“We cannot be free until we have power! How else can we achieve it?”
– Caesar from Conquest Of The Planet Of The Apes
With the new Rise Of The Planet Of The Apes film opening this weekend i’m not holding my hopes too highly that it will be as radical a piece of agit-pop as the original Conquest Of The Planet Of The Apes which was a condensation of anti-imperialist sentiment. Conquest Of The Planet Of The Apes is one of the most openly unapologetic politically revolutionary science fiction films ever made. The ramification of its themes about race, slavery, and revolution resonates from the African slave trade and the wholesale slaughter of indigenous peoples of the so-called “new world” to the ongoing anti-imperialist struggles being waged throughout the world.
The Planet Of The Apes was originally a novel written in 1963 by a French writer named Pierre Bouell. The novel was adapted into a film and released in 1968. It’s success lead to a series of sequels all of which contained some socio-political commentary but Conquest was the most openly radical of the series. In Conquest Of the Planet Of The Apes, apes are trained and treated as slaves by human beings. Caesar an “intelligent” ape who can speak to both humans and apes clandestinely trains the apes to fight and amass weapons and eventually leads an uprising against the humans. The casting of Mexican actor Ricardo Montalbán as Caesar’s sympathetic owner doing his best to protect Caesar from the authorities who recognize the threat of a “talking ape” and the African American actor Hari Rhodes who saves Caesar after Caesar has been tortured and ordered to be killed is also significant in that they are both non-white people.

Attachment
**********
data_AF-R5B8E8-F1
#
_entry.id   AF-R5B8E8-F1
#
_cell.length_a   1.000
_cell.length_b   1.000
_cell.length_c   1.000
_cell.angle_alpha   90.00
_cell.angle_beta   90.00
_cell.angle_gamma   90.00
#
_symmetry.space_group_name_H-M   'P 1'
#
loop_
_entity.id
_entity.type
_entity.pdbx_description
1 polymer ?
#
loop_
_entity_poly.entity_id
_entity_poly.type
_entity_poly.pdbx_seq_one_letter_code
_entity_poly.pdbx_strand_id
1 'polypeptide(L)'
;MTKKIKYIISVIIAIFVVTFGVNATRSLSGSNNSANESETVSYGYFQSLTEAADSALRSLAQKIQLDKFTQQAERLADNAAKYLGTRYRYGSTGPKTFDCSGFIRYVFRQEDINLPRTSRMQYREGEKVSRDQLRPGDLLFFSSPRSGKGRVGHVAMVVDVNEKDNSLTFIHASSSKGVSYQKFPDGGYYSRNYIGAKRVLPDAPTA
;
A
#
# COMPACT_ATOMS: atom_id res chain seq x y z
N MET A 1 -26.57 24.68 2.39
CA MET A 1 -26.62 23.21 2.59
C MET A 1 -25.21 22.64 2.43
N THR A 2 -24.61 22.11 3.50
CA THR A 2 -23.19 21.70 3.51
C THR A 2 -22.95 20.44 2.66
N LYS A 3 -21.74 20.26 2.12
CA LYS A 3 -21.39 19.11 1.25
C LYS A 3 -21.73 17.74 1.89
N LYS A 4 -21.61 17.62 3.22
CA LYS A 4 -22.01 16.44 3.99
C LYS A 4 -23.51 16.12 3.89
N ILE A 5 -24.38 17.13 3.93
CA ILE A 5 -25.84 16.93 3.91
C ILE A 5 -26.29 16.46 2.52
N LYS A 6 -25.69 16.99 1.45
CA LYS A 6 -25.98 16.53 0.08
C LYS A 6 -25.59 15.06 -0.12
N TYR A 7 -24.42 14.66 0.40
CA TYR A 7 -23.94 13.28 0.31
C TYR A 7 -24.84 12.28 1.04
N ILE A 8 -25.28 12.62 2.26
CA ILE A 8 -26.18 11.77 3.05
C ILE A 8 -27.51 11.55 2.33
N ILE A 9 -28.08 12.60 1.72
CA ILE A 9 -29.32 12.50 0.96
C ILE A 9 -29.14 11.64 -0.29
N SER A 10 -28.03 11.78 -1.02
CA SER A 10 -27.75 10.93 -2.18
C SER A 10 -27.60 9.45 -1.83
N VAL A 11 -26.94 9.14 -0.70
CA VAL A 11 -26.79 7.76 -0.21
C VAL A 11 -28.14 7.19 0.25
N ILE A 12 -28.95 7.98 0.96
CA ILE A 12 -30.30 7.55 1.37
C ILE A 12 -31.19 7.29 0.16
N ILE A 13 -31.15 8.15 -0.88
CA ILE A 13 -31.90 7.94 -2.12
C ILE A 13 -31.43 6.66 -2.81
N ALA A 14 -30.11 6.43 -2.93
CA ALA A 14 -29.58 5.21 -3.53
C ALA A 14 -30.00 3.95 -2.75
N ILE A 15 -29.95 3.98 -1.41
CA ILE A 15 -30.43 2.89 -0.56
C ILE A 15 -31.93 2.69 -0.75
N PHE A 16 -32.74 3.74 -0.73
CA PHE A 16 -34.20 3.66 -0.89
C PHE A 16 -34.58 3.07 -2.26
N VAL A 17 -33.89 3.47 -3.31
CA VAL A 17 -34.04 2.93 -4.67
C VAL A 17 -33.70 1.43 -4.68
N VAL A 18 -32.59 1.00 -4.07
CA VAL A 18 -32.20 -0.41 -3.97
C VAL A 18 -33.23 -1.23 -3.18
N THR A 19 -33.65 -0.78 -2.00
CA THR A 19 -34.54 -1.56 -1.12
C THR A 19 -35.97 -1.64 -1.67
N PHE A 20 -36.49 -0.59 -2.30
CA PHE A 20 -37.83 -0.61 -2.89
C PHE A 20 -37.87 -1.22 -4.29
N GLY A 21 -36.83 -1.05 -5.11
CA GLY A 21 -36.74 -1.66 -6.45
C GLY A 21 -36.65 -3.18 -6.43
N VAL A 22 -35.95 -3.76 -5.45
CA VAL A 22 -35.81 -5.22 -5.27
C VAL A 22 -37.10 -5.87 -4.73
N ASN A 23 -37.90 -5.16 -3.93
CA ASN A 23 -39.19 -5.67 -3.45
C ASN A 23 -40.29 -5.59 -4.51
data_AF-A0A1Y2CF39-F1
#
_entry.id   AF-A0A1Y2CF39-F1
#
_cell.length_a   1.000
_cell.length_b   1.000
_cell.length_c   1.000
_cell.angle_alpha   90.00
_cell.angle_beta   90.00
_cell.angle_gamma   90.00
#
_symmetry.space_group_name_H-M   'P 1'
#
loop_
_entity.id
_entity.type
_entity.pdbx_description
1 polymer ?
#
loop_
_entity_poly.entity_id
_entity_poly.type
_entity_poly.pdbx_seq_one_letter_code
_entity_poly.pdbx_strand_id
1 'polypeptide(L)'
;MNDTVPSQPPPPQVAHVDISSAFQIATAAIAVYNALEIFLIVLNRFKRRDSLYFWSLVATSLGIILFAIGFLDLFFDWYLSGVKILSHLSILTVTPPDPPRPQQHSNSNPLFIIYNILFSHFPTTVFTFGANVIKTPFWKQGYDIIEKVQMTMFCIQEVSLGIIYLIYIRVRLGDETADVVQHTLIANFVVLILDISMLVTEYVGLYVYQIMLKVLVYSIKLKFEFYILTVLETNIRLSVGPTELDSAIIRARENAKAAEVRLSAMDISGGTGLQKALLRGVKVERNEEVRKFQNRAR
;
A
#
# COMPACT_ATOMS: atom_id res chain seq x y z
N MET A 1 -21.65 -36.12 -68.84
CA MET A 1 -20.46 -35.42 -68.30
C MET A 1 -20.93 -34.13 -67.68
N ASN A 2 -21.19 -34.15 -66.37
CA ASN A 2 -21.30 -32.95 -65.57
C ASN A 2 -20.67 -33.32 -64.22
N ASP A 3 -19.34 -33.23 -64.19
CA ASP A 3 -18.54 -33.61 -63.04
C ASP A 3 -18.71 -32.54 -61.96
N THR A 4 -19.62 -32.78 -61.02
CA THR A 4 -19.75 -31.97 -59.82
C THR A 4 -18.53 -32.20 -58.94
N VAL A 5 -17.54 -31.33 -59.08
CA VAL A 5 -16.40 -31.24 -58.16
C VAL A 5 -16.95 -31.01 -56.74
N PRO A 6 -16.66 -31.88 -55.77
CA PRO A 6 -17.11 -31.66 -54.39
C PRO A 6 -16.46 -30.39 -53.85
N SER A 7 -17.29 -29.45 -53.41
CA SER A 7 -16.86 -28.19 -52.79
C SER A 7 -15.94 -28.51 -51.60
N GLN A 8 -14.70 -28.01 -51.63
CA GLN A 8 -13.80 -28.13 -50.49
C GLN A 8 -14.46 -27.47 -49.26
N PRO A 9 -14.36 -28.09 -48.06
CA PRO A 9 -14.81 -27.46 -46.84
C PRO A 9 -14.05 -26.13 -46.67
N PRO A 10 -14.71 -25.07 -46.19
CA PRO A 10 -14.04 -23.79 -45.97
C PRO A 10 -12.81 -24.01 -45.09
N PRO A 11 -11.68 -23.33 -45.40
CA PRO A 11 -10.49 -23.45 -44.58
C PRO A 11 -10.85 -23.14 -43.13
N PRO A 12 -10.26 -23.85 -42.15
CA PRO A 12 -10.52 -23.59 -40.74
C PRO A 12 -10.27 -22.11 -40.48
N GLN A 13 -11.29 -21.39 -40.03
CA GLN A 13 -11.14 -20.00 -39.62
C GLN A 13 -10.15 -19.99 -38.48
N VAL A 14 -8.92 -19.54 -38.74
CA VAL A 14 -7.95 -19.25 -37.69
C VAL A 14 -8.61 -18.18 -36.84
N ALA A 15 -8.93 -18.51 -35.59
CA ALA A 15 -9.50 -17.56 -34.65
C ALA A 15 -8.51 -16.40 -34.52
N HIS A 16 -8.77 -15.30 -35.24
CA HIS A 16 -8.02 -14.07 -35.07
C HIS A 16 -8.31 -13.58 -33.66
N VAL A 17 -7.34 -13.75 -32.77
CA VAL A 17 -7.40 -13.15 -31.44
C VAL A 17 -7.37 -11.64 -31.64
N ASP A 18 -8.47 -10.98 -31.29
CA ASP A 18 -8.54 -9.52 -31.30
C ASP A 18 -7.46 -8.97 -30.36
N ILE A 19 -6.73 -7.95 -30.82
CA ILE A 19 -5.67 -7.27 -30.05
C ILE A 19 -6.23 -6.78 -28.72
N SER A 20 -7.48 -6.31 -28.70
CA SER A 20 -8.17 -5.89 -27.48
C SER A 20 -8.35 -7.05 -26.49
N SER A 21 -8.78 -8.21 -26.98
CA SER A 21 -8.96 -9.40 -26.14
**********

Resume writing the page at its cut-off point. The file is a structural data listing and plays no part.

Released in 1972 the film is a great piece of agit-pop, a scathing social commentary reflecting the attitudes of the time period. The assassination of Martin Luther King Jr. in 1968 gave rise to armed organizations defending the human rights of oppressed people in the US like the American Indian Movement, The Black Liberation Army as well as white solidarity groups like the Weather Underground. In a global context the film was a reflection of other organizations that were fighting fascism and imperialism overseas like the IRA in Ireland, the PLO in Palestine, the Angry Brigade in England, Red Army Faction in Germany and Los Macheteros in Puerto Rico. Conquest Of The Planet Of The Apes condensed that sentiment into a mythology that spoke to the reality of the times. Consider the dialogue between Hari Rhodes as MacDonald and Caesar played by Roddy McDowall, when MacDonald is shocked to finds that Caesar can speak…
I never believed it… I thought you were a myth.
Well, I’m not. But I will tell you something that is…
The belief that human beings are kind.
No Caesar, there are some…
Oh a handful perhaps but not most of them.
They won’t learn to be kind until we force them to!
And we can’t do that until we are free!
How do you propose to gain this freedom?
By the only means left to us… revolution!
But it’s doomed to failure!
Perhaps… this time.
And the next…
But you’ll keep trying?
You, above everyone else should understand.
We cannot be free until we have power!
How else can we achieve it?
The whole crux of the film has been racing towards this dialogue. The whole story has been designed and built to make this point about revolution. Caesar’s reminder that MacDonald “above everyone else should understand” speaks volumes in a few short moments. The brevity of the scene gives it a weight without being heavy handed or preachy. Right after Caesar’s last lines are said the audience is divided into three groups. Those against the cause of the Apes, those who sympathize with their cause but not their method like MacDonald’s character and those who completely identify with Cesar and his cause of liberation. This division is not one that takes place during the film because everyone is on Caesar’s side while the film is rolling, this question of what side you are on comes after the credits have rolled and the evening news presents rock throwing Palestinians in Gaza.
The film could be looked at as some sort of time capsule artifact on revolutionary thought and struggle but it’s relevance unfortunately still rings true in places like Afghanistan and Iraq and Syria and Egypt and Jordan. Not to mention the ongoing the reunification of Ireland, the restoration of Hawaii as a nation, and the anti-imperialist struggle waged by Puerto Ricans for independence against US colonial rule.